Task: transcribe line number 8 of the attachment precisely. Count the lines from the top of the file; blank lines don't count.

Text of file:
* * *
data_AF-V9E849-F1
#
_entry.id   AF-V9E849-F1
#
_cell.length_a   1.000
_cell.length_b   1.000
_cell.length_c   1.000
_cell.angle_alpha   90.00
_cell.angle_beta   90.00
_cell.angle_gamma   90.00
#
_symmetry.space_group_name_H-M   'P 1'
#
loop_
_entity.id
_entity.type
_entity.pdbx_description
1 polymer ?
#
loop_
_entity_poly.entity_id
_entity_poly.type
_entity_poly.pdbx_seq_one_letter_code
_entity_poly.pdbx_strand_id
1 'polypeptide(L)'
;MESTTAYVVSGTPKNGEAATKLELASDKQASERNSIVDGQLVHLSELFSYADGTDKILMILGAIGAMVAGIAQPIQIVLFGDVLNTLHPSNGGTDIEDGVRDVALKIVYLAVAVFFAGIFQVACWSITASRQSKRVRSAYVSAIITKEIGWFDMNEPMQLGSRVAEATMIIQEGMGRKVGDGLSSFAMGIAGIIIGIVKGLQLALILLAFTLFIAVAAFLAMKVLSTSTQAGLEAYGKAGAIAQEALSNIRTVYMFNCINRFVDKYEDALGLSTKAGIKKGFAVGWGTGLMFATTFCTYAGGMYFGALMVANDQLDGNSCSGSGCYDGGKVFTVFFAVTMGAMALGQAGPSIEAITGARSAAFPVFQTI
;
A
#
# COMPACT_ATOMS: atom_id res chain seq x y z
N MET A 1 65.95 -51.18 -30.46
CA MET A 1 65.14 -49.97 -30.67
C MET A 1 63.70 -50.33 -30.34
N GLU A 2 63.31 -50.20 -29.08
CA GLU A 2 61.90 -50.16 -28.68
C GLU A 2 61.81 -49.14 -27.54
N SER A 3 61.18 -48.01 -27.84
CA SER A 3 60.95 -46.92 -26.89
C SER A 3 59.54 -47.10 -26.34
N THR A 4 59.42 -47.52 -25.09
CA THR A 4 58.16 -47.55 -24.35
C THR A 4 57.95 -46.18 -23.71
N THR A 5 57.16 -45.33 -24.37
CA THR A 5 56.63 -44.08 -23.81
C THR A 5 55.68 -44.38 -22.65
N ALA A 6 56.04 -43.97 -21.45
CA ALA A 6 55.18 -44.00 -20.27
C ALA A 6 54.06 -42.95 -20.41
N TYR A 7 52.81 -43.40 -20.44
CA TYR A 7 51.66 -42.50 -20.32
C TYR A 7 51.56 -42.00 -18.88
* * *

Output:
_cell.angle_alpha   90.00